|WikiProject Computing / Networking||(Rated C-class, Mid-importance)|
The introduction was mixing problems of naming, related behaviours, (ATM, MLPS) but was not presenting the mechanism itself. So, I have kept a 4 lines short presentation, and introduced a "Mechanism principle" section, that re-organised all already existing sentences and add a presentation of the mechanism itself.
Moreover, change "the headed/trailer flit" into "the headed/trailer flits" since the header can be composed of several flits (cf. Kalray MPPA for example), and also the trailer.
Changed the example intro a new one, with an animated Figure.
Added the fact that it can create deadlock (a major drawback). I will add an example if I find time.
Removed the sentence "An entire packet need not be buffered to move on to the next node, increasing throughput.". This reduces latency, not throughput.
Added a section "Usage" (was included into "Avantages"), and added references to spacewire and IEEE 1355?
FLIT = digit or unit?
The FLIT page says the acronym stands for FLow control unITs, not digITs as written here.
I'm going to update this page since that sounds like it makes more sense, but I don't ACTUALLY know what I'm talking about. Feel free to revert if I'm wrong, but maybe fix the FLIT page as well? Crcarlin (talk) 18:21, 12 March 2017 (UTC)
- I Well, the FLIT page use both "flow control digits" and "flow control units". Despite the fact that "flow control units" sounds better, a short search on google scholar shows that "flow control digits" is the term used in research papers. Since the mai of Wikipedia is to reflect use, not to correct it, I suggest to change it back to "flow control digits" MarcBoyerONERA (talk) 08:56, 13 March 2017 (UTC)
User:DavidCary update 21 August 2017
- Wormhole routing supports low-latency only when there is no activation of the back-pressure mechanism. And the Sundaresan & Bettati reference is very hold. In fact, they build a real-time access mechanism on top of wormhole since wormhole itself has no real-time capacity. So I disagree with "Wormhole routing supports very low-latency, high-speed, guaranteed delivery of packets suitable for real-time communication." Moreover, "wormhole switching" is the correct word.
- The "routing" section only presents the SpaceWire routing. For example, in Network on chip, the XY routing is mainly used, like in Tilera solutions.
- Dear reader, MarcBoyerONERA has good points that raise more questions in my head that I hope that we all, working together, will clarify in future versions of this article.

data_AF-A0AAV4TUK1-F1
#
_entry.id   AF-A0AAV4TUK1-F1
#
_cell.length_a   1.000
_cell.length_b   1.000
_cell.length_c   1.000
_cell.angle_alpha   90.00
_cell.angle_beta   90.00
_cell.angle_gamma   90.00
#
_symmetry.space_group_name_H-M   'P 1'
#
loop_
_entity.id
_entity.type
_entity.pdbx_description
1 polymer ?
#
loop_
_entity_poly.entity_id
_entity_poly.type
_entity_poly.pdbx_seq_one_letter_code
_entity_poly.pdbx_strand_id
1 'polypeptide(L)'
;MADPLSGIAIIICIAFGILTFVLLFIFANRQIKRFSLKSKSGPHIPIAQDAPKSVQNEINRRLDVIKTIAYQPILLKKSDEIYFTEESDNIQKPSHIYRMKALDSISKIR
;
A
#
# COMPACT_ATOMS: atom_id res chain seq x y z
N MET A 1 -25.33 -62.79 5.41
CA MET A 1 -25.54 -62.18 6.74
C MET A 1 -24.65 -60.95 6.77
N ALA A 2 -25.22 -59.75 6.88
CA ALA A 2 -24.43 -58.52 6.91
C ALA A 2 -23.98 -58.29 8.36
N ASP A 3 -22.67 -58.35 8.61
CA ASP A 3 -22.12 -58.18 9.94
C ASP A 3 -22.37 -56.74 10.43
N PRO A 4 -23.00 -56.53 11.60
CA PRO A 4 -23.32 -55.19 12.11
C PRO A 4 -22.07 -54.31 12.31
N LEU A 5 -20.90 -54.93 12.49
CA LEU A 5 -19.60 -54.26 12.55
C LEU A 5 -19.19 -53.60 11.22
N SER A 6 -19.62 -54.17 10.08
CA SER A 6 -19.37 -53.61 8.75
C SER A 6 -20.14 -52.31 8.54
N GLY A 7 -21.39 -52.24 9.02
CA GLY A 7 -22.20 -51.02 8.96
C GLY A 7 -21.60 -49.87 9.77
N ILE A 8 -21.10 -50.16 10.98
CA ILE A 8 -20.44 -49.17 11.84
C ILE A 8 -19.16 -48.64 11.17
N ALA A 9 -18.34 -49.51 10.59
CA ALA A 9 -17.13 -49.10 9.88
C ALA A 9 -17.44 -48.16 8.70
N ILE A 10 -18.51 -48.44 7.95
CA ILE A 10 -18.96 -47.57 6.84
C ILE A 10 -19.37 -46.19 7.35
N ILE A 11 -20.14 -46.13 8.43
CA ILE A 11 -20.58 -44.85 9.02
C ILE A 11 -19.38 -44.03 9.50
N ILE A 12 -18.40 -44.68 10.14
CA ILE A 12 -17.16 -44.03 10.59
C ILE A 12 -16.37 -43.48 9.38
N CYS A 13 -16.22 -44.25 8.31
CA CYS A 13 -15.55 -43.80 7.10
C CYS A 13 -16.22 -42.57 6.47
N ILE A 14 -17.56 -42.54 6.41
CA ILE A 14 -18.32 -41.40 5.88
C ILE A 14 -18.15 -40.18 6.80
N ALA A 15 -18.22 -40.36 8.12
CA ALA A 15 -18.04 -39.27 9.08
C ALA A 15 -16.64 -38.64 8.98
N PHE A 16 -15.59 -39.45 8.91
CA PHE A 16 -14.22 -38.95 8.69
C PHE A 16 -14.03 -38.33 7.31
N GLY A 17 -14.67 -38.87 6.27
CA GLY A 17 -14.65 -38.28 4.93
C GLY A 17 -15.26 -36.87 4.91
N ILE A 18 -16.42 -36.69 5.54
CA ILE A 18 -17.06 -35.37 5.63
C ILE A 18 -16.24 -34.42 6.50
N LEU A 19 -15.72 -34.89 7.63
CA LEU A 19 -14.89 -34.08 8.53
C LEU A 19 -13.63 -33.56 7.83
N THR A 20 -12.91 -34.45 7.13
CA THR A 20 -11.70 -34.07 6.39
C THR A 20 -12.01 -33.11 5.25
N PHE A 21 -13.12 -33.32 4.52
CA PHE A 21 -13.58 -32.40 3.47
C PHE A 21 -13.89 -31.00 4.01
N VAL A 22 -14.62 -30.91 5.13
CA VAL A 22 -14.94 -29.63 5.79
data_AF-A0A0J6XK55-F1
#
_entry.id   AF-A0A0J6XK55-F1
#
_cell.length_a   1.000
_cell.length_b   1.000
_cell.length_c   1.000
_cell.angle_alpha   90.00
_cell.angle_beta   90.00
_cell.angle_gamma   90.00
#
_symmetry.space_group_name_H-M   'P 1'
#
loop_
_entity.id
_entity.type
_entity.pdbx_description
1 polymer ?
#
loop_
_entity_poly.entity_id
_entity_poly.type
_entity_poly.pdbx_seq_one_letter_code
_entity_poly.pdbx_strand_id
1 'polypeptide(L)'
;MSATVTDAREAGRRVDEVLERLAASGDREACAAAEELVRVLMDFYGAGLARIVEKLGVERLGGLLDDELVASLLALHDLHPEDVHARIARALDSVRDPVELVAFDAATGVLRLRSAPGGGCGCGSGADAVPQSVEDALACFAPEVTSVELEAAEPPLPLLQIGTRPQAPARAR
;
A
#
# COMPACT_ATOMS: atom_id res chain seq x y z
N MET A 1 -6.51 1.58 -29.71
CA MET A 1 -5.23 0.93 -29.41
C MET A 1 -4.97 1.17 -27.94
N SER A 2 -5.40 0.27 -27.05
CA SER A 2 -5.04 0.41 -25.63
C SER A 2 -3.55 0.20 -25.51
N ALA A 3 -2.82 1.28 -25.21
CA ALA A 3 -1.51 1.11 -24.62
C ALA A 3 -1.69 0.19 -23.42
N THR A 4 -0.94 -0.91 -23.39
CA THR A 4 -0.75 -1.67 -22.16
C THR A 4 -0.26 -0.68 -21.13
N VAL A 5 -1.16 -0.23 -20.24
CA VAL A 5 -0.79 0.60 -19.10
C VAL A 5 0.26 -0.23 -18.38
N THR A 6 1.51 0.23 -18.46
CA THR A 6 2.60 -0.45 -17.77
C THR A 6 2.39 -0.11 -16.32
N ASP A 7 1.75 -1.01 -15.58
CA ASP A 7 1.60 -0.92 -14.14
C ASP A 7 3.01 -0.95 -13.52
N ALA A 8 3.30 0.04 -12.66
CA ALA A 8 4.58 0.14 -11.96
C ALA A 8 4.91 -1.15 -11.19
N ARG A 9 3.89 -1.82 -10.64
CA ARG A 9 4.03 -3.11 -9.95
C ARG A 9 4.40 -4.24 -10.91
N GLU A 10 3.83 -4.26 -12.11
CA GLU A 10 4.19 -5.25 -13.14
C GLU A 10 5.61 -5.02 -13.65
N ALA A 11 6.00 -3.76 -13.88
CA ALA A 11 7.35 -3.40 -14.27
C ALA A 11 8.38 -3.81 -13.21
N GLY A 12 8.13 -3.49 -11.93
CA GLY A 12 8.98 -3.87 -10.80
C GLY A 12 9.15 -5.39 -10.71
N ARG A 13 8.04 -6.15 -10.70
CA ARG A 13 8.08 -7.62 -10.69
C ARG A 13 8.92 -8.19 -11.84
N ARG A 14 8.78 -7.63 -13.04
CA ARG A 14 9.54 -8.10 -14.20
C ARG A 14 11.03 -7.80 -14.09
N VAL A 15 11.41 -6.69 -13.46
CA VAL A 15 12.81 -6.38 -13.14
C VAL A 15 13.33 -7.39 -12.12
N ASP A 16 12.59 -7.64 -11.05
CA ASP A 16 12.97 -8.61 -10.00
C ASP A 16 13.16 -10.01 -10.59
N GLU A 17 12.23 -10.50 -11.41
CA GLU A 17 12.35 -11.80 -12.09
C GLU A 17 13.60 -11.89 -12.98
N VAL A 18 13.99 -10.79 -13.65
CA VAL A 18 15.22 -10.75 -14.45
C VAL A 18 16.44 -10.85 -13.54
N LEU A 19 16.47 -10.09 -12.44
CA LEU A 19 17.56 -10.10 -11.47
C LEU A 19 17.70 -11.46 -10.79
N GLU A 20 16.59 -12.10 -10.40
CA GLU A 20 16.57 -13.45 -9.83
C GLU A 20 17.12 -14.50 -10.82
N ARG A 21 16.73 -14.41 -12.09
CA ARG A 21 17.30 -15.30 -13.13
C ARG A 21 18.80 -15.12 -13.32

- 2. I agree that the "routing" section is currently too narrowly focused on SpaceWire routing. What other routing protocols are used in wormhole networks? Should these protocols be mentioned in the routing protocol article? Is the "chop the first byte off and use that byte to decide where to send the rest of the message" protocol used in Myrinet switches exactly the same as the corresponding SpaceWire protocol? If so, does that protocol have shorter name than "the source routing protocol used in Myrinet and Spacewire"? (Some Wikipedia articles mention "subtractive routing"; is that related or possibly even the same?)
- I hear that a different protocol is used for switching and routing in a grid or hypercube wormhole network -- what are good sources to back up a description of that protocol(s)?
- 1. I agree that "wormhole switching" is the correct phrase to use to describe what the intermediate nodes do in a typical (source routed) wormhole network -- they are switches, not routers.
- I've been using "wormhole routing" to describe the algorithm the transmitter uses to decide and choose what specific path data takes through a wormhole network. Most of the references in this article (at least 4 out of 7 -- Mohapatra, Cook, Haas, and Tvrdik) use the phrase "wormhole routing", so *especially* if I'm misunderstanding what that phrase means, this article needs to mention that phrase and explain what they mean by it. Is there a better phrase I should use to describe the algorithm(s) used to decide and choose what specific path data takes through the wormhole network?
- I know that a lot of people and articles do the confusion, using "wormhole routing" instead of "wormhole switching". That's a pity. For example, the first sentence of Mohapatra reference is "Wormhole *routing* has emerged as the most widely used *switching* technique" :-( What is true is that the routing has an influence on the performances of a network with wormhole switching. MarcBoyerONERA (talk) 07:37, 31 August 2017 (UTC)
- Should Wikipedia have a separate article to describe those (global) wormhole routing algorithms, leaving this article to focus on the (local) switching that occurs at each intermediate node? If so, what should that article be called?
- It's impossible to build a low-latency system on top of high-latency hardware. So the fact that Sundaresan & Bettati built a low-latency system with wormhole switch hardware shows that it is possible to build a low-latency system with wormhole switch hardware.
- There is a confusion between real-time and low-latency. Real-time means "respect timing constraint". And there is no definition of "high" and "low". For some applications, a 10ms latency is high, and for others, its low... By the way, the page Real-time communication deserves a major rewrite, since no real-time network is presented (1553, AFDX, TTP, AVB...). I will add it on my TODO list.MarcBoyerONERA (talk) 07:37, 31 August 2017 (UTC)
- --DavidCary (talk) 19:07, 30 August 2017 (UTC)